Month: April 2017

READING: Michael Ondaatje’s The Cat’s Table

READING: Michael Ondaatje’s The Cat’s Table

How is it that the child’s eyes have the wonder still attached? Reading Michael Ondaatje’s novel, The Cat’s Table reminds me of this. I’m jealous of his story. I want to be that eleven year old aboard a great ocean liner with no adult supervision. I do. The freedom of it, the waking early to swim in the first class pool, napping in the afternoon down in the turbine room so as to stay up late and catch glimpses of a transported prisoner as he exercises on deck. It smells of childhood. To be considered the least important of passengers and placed at ‘the cat’s table’, as far from the captain’s table as possible…how glorious. I don’t remember my childhood enthusiasms so much, but I know they felt like this. They were thrilling and, so my young self thought, dangerous. This novel drew me into my child mind as I romped across the Indian Ocean with Ondaatje’s three young characters.

Ondaatje tells this tale from the perspective of Michael, who, as an adult delves into his past and the seminal voyage from Ceylon (now Sri Lanka) to London in the 1950’s. There is a lovely lyrical movement between the boy and the man and back again. Innocence and knowing. Black and white, and grey. Michael is eleven years old when he sets off across the Indian Ocean to join his mother in London. He is going into an unknown world, but in the interim the world of the ship provides him with a stepping stone and a place to dip into the complexities of adulthood to come.

He quickly befriends two other unaccompanied boys, the more cautious Ramadhin and Cassius, the daredevil. Ondaatje shows us these different versions of being and positions his narrator between them in temperament. We effortlessly align ourselves with Michael somewhere down that middle road or on that high sea. The three boys roam the ship freely (except for first class, of course) coming into contact with a range of unusual adult characters, who they attempt to understand.

“…the three of us bursting all over the place like freed mercury: stopping at the pool, then the ping-pong table, watching a piano class with Mr Mazappa in the ballroom, a small nap, a chat with the one-eyed Assistant Purser – looking carefully into his glass eye as we passed – and visits to Mr Fonseka’s cabin for an hour or more.”

Amongst the adult characters is Miss Lasqueti, who is travelling with a cage of pigeons and wears a specially designed vest with pockets so she may take the birds on deck. There is Asuntha, who is deaf and carries a deadly secret and Sir Hector who lies dying in his stateroom from a curse. Mr Daniels tends a garden of medicinal and poisonous plants in the hold which he is transporting to London for scientific purposes. Then there is Michael’s bunkmate, Mr Hastie, who by day is a kennel keeper of the passenger’s hounds and by night an expert bridge player. There is the members of the Jankla troupe, who entertain the passengers and a mysterious prisoner, being escorted to London for trial. These are but a few of the people the boys come into contact with. At one point Michael is selected by a shady character, known as the Baron C, to squeeze through the grills on top of the first-class cabin doors for a bit of thievery.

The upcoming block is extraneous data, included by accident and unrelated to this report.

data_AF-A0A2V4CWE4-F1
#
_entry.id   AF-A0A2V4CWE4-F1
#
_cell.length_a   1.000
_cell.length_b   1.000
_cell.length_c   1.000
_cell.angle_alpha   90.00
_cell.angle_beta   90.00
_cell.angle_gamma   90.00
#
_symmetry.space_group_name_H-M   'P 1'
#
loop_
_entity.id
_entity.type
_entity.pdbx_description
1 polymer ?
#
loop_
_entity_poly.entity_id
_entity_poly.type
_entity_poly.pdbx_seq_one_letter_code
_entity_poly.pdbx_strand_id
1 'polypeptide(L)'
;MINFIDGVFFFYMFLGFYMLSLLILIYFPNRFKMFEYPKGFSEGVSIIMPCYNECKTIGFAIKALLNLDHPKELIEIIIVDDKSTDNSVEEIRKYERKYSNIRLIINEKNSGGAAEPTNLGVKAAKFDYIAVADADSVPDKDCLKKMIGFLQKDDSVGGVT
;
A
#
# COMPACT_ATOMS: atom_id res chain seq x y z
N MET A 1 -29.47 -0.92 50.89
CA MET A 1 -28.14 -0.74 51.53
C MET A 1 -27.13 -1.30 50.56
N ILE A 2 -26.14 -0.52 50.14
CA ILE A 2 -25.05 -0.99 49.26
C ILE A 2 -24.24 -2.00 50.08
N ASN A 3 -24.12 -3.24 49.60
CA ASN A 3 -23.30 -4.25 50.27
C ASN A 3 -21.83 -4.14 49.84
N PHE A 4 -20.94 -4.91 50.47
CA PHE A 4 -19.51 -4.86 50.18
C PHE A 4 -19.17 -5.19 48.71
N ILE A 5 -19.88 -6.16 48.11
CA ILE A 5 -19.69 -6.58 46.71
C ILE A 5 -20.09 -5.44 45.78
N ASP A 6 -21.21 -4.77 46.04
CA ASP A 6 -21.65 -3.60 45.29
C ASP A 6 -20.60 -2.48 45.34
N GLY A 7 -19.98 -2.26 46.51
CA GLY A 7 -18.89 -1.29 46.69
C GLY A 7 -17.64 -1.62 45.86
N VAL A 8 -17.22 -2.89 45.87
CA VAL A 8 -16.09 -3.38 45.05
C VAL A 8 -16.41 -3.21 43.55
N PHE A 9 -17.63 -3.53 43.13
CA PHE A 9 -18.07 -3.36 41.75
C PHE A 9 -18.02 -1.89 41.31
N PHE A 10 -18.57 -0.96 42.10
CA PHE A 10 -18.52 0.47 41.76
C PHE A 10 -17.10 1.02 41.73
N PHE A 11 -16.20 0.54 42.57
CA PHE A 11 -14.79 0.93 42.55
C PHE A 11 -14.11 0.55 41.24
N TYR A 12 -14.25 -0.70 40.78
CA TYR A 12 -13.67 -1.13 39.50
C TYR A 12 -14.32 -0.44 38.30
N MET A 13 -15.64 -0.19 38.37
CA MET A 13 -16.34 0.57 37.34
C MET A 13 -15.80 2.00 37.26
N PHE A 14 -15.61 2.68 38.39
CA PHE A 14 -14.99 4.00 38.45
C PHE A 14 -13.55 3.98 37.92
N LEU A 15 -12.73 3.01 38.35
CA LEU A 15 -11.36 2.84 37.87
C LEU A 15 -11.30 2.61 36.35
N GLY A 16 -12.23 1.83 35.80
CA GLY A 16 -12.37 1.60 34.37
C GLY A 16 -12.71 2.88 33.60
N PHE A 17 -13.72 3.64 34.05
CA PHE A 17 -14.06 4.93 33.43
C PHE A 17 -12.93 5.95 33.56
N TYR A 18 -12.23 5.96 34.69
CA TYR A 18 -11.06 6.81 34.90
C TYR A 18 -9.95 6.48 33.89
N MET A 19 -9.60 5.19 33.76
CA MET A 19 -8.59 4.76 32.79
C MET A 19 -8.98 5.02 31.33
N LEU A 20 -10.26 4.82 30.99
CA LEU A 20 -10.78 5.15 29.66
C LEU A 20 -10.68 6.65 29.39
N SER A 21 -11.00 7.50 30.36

“I could not wait to tell the others at the next turbine room meeting what had happened to me.  I felt my authority grow. But in retrospect I see that what the Baron gave me was another self, something as small as a pencil sharpener. It was a little escape into being somebody else, a door I would postpone opening for some years, at least until I was beyond my teens. Those half-blurred afternoons remain with me.”

At the beginning of the book, Ondaatje supplies us with small vignettes of each character before passing on to another. We meet them in flashes here and there, as the boys do in making their way around the ship, but over time we come to know more of them and the narrative begins to take hold. There is daring and tragedy to come, but I won’t spoil that here. Needless to say, what happens has lasting effects on the lives of the three boys.

Along the way, we experience things such as this:

“She half sat up, then remembered the robe and reached for it. But what I saw hit me at the base of my heart. There was a tremor within me, something that would be natural for me later but at that moment was a mixture of thrill and vertigo.”

It’s lovely stuff. Ondaatje is a master storyteller and the book is peppered with pearls like those above. Despite the author and his main character sharing the same name and country of birth, Ondaatje has assured us the book is entirely fictional. However, so real is his portrayal of his young character, it does start one wondering.  Then again, we say to ourselves he is capable of such realism in his fiction. We have seen it before in novels like The English Patient.  So fact or fiction?   It doesn’t seem to matter.

Posted by Gabrielle Blondell in Book Reviews
The Keeping of a Journal

The Keeping of a Journal

To journal or not to journal? I’m often asked as a writer whether I keep a journal and the truth is it has been, until recently, rather off and on. I’d keep up the practice for a year or more and then for years I wouldn’t. It depended how I was feeling at the time. If I was under stress or suffering an ongoing emotional upset, I would scribble away in a journal to work things out. When I was happy and things were purring along, the journal remained closed.

Why journal?

I’m starting to see there are other reasons to journal though, and so I’ve begun again, this time without the emotional upset. I suspect I may be a better person when I journal. Sure its true, story ideas arise out of life and journaling is a way to capture them, but that is not why I’m doing it now. Journaling forces me to take responsibility, not just for the things I say, but for the kind of life I live.